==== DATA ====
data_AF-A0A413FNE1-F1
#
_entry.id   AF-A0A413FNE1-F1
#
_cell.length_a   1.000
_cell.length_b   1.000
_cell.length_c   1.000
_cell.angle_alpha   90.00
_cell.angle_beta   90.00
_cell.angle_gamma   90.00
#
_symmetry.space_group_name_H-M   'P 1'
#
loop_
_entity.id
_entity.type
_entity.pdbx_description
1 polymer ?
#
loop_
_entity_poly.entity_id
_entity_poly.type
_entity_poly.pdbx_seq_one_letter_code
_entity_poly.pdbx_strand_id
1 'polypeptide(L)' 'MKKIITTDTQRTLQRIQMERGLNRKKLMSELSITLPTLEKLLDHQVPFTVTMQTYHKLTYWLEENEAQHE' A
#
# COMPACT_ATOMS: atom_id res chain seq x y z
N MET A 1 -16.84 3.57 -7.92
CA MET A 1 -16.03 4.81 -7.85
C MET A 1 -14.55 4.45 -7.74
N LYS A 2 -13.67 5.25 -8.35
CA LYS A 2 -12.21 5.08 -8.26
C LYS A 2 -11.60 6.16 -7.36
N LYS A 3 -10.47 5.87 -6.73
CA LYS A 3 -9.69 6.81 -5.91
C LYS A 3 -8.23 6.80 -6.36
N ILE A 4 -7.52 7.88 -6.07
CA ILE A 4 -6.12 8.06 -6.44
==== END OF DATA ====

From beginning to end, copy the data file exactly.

data_AF-A0A413FNE1-F1
#
_entry.id   AF-A0A413FNE1-F1
#
_cell.length_a   1.000
_cell.length_b   1.000
_cell.length_c   1.000
_cell.angle_alpha   90.00
_cell.angle_beta   90.00
_cell.angle_gamma   90.00
#
_symmetry.space_group_name_H-M   'P 1'
#
loop_
_entity.id
_entity.type
_entity.pdbx_description
1 polymer ?
#
loop_
_entity_poly.entity_id
_entity_poly.type
_entity_poly.pdbx_seq_one_letter_code
_entity_poly.pdbx_strand_id
1 'polypeptide(L)' 'MKKIITTDTQRTLQRIQMERGLNRKKLMSELSITLPTLEKLLDHQVPFTVTMQTYHKLTYWLEENEAQHE' A
#
# COMPACT_ATOMS: atom_id res chain seq x y z
N MET A 1 -16.84 3.57 -7.92
CA MET A 1 -16.03 4.81 -7.85
C MET A 1 -14.55 4.45 -7.74
N LYS A 2 -13.67 5.25 -8.35
CA LYS A 2 -12.21 5.08 -8.26
C LYS A 2 -11.60 6.16 -7.36
N LYS A 3 -10.47 5.87 -6.73
CA LYS A 3 -9.69 6.81 -5.91
C LYS A 3 -8.23 6.80 -6.36
N ILE A 4 -7.52 7.88 -6.07
CA ILE A 4 -6.12 8.06 -6.44